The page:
I tend not to wear symbols unless they are meaningful for me. I wear my cross because it is a symbol of Christ to me not a fashion statement.

Fajr | Stylish Thought

I definitely think people need to be aware of what they are wearing. Even if they do not wear it to make a statement, you should know what the symbols mean and that boils down to the labels we wear as well.


The keffiyeh was big when I was a kid and people knew exactly what it meant. They wore it out of rebellion.

Fashion Limbo

I guess it really is about knowing what you are wearing, and not wearing things for the sake of being trendy. Knowledge is power, and if you wear a statement, make sure you agree with it and wear it proudly, freedom of speech right?
I've worn the keffiyeh, I know what it may mean, I know it may "bug" some people (including my own father), I don't wear it in a frivolous way.

I've also worn crosses fully aware of the meaning they carry.

I completely agree with fashion/symbol responsibility, this a great post and is worth considering what your are saying through your clothing before walking out of the door.


Yes, that's what I meant: it's ok wearing a symbol if you know what it means and you're fully aware of the "risks" and the message you carry around! Even if it's ironical or critical! I was only talking about the "fashion" way to wear symbols, not people who really wear something because of their religion or belief!

Rachel @ a la Modest

Most people just see the cross as a religious symbol. That’s because it’s most popular form is religious—the crucifix with Jesus on the cross. It’s really just a Roman (non religious) symbol of torture and punishment. I don’t wear a cross for religious purposes even though I believe in Christianity. I think religious ornaments or clothes of any kind are tacky, ritualistic, and even commercial. I stay away from it at all costs. If I do wear a cross, it would be because I think it looked cool.


Not sure if I should get a handbag with our lady of guadelupe (day of the dead skeleton style) as an athiest. It’s beautifully done but I don’t want to offend…. Thanks for the post, helping me with my decision 🙂


In my country I haven’t seen people with fashionable crosses, rosaries and so on. But peace symbols are more popular. I also have seen people with pagan (norse or slavic like hammer of Thor and kolovrat) symbols. People also wear our national symbols like white eagle and P + kotwica.
It’s impossible to wear swastika; that’s not really illegal but promotion of nazism is. I’m not sure if I could even wear a cross because insulting of religious symbols in public is illegal. Biohazard symbol is new to me as a fashion accessory, before reading it I didn’t know it’s used as fashion thing.
From symbols mentioned in your post I wear only peace symbol being pacyfist and I also sometimes wear lunula – pendant in form of moon what is also connected with religion.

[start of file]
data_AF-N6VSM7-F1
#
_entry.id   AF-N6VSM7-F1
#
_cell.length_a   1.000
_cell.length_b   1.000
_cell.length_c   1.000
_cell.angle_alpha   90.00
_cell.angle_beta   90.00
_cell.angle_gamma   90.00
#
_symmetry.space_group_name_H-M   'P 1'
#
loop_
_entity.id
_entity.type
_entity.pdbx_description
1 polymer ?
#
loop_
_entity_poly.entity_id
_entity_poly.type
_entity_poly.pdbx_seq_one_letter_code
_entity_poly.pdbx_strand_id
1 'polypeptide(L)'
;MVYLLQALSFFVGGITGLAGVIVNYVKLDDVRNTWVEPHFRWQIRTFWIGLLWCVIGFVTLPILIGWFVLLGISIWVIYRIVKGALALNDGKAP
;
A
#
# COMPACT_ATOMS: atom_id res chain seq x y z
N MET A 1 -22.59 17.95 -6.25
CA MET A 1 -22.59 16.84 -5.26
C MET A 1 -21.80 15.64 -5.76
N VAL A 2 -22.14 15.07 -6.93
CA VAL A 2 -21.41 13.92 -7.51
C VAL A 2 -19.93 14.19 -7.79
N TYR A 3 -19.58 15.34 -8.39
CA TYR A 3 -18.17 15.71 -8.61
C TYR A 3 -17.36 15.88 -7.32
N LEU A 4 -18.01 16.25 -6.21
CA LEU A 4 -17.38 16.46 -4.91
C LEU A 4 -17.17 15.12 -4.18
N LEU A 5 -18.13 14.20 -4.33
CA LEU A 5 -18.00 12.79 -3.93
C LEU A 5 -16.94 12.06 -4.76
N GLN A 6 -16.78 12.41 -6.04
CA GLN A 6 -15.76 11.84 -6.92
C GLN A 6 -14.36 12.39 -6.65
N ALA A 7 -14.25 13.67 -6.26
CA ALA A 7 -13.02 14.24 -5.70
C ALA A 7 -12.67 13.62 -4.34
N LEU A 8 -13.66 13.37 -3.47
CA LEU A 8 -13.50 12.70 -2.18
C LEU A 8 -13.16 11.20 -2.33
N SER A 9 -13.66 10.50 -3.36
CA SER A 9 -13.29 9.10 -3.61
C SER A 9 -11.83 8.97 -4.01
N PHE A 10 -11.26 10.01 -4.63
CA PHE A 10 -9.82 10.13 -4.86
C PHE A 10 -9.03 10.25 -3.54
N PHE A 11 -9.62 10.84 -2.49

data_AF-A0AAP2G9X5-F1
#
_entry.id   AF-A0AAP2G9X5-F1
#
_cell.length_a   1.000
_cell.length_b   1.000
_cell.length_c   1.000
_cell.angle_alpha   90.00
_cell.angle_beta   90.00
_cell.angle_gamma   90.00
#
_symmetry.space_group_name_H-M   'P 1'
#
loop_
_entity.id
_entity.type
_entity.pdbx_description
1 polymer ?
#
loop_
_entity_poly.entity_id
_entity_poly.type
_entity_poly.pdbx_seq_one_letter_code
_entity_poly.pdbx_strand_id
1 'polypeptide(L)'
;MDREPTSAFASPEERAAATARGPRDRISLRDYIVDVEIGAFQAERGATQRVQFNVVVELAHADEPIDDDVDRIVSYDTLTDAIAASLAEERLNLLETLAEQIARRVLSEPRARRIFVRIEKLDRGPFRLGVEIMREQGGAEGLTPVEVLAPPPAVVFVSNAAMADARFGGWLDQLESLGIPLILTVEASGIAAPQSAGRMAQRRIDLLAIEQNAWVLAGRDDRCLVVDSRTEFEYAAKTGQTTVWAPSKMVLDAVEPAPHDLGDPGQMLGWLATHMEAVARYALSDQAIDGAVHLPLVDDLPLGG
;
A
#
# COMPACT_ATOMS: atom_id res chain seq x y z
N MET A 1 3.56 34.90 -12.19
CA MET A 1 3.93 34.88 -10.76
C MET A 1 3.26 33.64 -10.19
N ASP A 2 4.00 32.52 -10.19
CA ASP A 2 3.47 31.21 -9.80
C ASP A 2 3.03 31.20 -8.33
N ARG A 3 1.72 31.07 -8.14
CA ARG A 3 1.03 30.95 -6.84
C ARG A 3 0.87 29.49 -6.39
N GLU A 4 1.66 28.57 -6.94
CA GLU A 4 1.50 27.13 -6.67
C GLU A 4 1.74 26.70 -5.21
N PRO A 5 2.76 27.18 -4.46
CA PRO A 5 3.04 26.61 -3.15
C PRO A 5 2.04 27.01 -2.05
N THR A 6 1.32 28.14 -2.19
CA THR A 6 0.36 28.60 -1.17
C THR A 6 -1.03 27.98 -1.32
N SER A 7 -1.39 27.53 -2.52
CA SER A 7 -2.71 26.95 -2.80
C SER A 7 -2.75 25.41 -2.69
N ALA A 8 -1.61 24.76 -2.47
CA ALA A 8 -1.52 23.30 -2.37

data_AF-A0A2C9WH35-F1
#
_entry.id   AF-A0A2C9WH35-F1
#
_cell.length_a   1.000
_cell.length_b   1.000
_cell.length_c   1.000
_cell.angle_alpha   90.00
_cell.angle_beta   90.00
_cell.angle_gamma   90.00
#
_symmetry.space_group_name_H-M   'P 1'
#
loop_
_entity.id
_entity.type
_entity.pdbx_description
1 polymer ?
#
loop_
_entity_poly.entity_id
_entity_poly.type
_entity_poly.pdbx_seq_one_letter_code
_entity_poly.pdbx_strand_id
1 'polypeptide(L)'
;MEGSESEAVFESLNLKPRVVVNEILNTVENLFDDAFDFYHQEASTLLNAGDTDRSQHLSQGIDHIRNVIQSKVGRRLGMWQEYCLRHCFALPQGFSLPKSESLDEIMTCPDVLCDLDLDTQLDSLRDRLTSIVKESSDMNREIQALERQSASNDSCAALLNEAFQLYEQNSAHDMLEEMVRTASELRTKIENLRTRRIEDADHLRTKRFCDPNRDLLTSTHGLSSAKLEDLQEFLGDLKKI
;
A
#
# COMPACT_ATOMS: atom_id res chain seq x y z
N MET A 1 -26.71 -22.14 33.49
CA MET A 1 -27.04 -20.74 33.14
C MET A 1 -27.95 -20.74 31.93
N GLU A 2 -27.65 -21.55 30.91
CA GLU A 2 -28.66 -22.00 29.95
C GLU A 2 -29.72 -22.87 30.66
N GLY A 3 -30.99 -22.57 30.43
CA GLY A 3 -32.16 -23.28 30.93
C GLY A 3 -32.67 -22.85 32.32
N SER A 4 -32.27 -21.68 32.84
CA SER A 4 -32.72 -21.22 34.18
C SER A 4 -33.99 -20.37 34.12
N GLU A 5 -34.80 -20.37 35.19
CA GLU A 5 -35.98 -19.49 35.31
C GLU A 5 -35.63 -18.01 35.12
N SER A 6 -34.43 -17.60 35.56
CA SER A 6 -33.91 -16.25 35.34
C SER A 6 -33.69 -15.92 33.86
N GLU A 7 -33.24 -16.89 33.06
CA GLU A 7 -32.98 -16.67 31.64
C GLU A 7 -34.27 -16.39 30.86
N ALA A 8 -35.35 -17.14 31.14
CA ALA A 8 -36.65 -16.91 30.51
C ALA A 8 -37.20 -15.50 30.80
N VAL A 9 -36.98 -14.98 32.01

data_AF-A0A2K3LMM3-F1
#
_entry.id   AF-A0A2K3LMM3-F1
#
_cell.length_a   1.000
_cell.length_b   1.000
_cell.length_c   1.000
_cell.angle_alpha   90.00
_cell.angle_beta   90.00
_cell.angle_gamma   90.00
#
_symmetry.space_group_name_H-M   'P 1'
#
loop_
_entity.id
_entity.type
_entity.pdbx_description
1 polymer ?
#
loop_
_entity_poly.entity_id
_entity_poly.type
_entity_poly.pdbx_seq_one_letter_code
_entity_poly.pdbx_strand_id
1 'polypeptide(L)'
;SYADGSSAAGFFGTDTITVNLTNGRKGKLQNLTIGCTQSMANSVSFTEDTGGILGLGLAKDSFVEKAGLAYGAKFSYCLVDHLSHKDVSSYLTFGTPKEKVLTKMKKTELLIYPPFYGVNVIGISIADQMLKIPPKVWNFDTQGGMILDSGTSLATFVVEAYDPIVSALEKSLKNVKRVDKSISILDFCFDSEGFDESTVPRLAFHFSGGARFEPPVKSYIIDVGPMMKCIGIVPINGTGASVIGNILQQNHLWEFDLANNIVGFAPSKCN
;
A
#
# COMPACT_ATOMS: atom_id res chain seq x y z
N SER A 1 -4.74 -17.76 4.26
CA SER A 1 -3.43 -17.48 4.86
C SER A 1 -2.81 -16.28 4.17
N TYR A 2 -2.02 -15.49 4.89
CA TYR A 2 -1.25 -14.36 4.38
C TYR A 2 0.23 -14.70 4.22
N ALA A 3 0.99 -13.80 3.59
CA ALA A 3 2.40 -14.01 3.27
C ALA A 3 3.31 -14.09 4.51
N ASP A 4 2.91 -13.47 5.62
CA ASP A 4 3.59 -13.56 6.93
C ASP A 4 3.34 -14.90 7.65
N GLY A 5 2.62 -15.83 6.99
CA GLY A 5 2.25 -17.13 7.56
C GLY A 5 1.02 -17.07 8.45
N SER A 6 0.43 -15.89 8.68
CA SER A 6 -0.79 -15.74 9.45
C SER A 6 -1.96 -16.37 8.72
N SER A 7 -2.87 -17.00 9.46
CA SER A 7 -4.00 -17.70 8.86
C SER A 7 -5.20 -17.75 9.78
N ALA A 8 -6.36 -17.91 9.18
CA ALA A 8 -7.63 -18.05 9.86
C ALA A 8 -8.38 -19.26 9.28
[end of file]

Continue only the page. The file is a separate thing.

According to your questions:
Do I feel offended by people wearing symbols? No, I haven’t seen a symbol which can offend me… may a black swastika in white circle in red background, but I am one of people who want to end this fear of swastika when it’s not in this colour and this background 🙂 I also feel offended when someone wear national symbol and then behave in such a way that I, as a part of nation, feel embarrassed. But it’s rather connected with behavior.
Do I think it’s a right thing to do? So, let’s still talk about national symbol. You meet a person with kotwica (symbol from second world war) on t-shirt and (s)he tells sth about II W W showing that during lesson of history (s)he was looking for the t-shirt in allegro on a smartphone instead of listening and still thinks that Katyń was done by the Germany (it’s fault of Soviets)… Then it’s not right thing. But when you know sth it is right.
Do you feel that garments should mean something more than “fashion”? Yes, I find it beautiful to say who you are by your clothes 🙂


    Hi Sławomira, thank you for your comment! It was very interesting getting to know how you see this issue. I’m glad there are people like you out there that have respect for other people choices 😀

Emily O'Malley

In terms of biohazard or nuclear symbols, I think those can be worn to symbolize the idea of living in a dystopian world without necessarily glorifying that. In the same way, dystopian novels present that type of world without saying it would be a positive place to live. Things like the biohazard symbol could even be worn as a sign of protest, as a statement about the current state of affairs. Motives for wearing those symbols can vary. Some may just like it aesthetically, some may use it to signify a certain subculture, and others may be using it to make a broader statement.